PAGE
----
St John’s Wort is a plant that is also known as Klamath or Tipton’s Weed. The true St John’s Wort is the species Hypericum perforatum but other species in the same genus, Hypericum, may also be referred to as St John’s Wort.
There are an estimated 370 different species within this genus, all of which are closely related. H. perforatum is native to Europe, although it has spread to most other parts of the world, where it is often considered a pest and an invasive species.
St. John’s Wort
The H. perforatum species is sometimes called Common St John’s Wort in order to differentiate it from its close relations.
Other species of Hypericum originate in Asia and North America.
Although the Common St John’s Wort is the traditional variety associated with medicinal use, other related species have also been used as herbal remedies in non-European cultures.
St John’s Wort is a perennial herb. It is found growing in meadows and pastures in temperate climates, and thrives in places that experience seasonal rains in either the summer or the winter. Due to its usually rapid growth, St John’s Wort is generally considered to be a weed.
It is an invasive alien species in many countries to which it has been introduced by humans, since without its natural controls, the insects that feed on it in its native habitats, it can spread unchecked. St John’s Wort can reproduce both sexually, through pollination of its flowers and production of seeds, and vegetative, by sending out shoots that will develop into new plants.
Bad for Farmers
St John’s Wort is an unwelcome sight for livestock farmers, since it is toxic to animals and very difficult to get rid of. Even once the adult plants have been eradicated, the seeds may remain dormant in the soil for several years.
The plant produces yellow flowers that are approximately two centimeters in diameter and which have five petals. When the leaves are held up against the light, rows of little dots can be seen in them. These are the origin of the perforatum part of the scientific name, which is derived from the perforated appearance that these spots give to the leaves. The buds, petals and seed pods, when crushed, produce a purple or red liquid.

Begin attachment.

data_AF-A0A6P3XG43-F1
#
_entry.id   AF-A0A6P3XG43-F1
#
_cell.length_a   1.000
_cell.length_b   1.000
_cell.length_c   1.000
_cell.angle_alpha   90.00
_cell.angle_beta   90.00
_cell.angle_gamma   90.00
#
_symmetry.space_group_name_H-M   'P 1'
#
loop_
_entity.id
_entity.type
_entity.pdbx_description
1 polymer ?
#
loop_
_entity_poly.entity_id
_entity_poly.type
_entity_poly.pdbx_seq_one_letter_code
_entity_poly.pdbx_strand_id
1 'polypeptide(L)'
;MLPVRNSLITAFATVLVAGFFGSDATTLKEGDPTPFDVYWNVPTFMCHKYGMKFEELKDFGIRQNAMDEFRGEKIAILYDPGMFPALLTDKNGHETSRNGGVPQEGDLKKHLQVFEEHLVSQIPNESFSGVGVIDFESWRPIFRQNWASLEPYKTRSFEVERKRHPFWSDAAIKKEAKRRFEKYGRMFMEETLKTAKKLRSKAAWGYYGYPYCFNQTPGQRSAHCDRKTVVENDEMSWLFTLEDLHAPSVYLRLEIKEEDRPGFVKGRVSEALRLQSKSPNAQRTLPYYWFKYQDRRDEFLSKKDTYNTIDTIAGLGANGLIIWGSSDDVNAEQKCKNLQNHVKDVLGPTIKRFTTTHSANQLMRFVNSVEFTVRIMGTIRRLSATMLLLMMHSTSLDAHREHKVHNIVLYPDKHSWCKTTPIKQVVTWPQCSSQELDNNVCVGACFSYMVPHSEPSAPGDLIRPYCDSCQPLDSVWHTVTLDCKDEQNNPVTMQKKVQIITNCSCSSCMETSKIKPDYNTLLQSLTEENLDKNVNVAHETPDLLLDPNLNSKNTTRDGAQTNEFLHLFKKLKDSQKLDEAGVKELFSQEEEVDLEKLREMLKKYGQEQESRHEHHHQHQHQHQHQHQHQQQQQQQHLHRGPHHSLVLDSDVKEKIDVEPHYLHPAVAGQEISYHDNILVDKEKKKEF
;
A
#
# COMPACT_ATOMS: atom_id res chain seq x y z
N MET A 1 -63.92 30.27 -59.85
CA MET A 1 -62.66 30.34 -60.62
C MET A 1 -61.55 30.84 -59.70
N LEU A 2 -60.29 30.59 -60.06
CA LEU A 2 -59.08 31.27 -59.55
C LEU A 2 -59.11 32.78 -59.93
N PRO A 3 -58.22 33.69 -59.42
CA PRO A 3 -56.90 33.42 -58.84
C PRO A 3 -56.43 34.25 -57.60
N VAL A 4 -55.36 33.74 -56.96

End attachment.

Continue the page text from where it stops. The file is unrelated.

Using St John’s Wort
It is usually the flowers of the St John’s Wort that are used by people, often in herbal remedies. They are generally used when fresh, but they can also be dried in order to be used at a later date.
The flowers can be prepared as a tea, or an extract can be produced from them and used directly, or converted into a tincture. A concentrated extract can also be manufactured in order to make tablets or capsules. The stems and leaves of the plant are occasionally used in remedies, usually in the form of a lotion that will be applied to the skin.
St John’s Wort plays an important role in the tradition of herbal medicine in many different cultures from around the world. It also has cultural significance in some regions, particularly in Europe.
The earliest known medicinal use of St John’s Wort was in Ancient Greece, where it was used as a treatment for disorders relating to the nerves from at least 2400 years ago. Elsewhere in the world, other varieties of the plant were also used by the local peoples.
Native Americans used St John’s Wort as an antiseptic and as a treatment for inflammation, for example. Historically, St John’s Wort has been used to treat a diverse range of conditions, including nerve pain, mental disorders, diarrhea and other digestive symptoms, and malaria. It has also been used as a sedative, and as a balm for insect bites, burns and wounds.
In the European traditions, St John’s Wort was believed to be able to heal many different types of problems. It was commonly used to treat a wide range of illnesses, being credited with general healing powers. It was also thought to have the power to repel demons and evil spirits.
This early belief is reflected in the scientific name that has more recently been given to the St John’s Wort genus. The name Hypericum is derived from the two Greek words hyper and eikon, which mean over and apparition.
The pagan belief in the power of St John’s Wort was adopted into the Christian culture as it spread throughout Europe. People wore talismans made from St John’s Wort in order to ward off the devil, and it was also the custom in many places for the plant to be added to bonfires.
Burning St John’s Wort was believed to help ensure a good harvest by helping the crops to grow well, to cleanse and purify the air, and to scare away evil spirits. According to the Christian belief system, the golden color of the flower was a sign of its efficacy against evil, since it reflected the ability of light to triumph over darkness.
This idea probably relates to the earlier association of the flower with the sun and the summer solstice, which coincides with the flowering season of the plant in Europe, which is usually at the end of June.
This date was also significant for the naming of the plant, since John the Baptist’s saint’s day falls on the 24th of June. Since the flowers are usually blooming on this day, it is thought that the saint’s name was taken and given to the plant.
The blossoms were traditionally gathered on Saint John the Baptist’s festival day. There is also another story that relates the origin of this plant to the saint. It is said that the plant sprang from the blood of John the Baptist after he was beheaded. This tale may stem from the fact the petals release a red liquid resin when they are crushed, staining the hands a blood red color.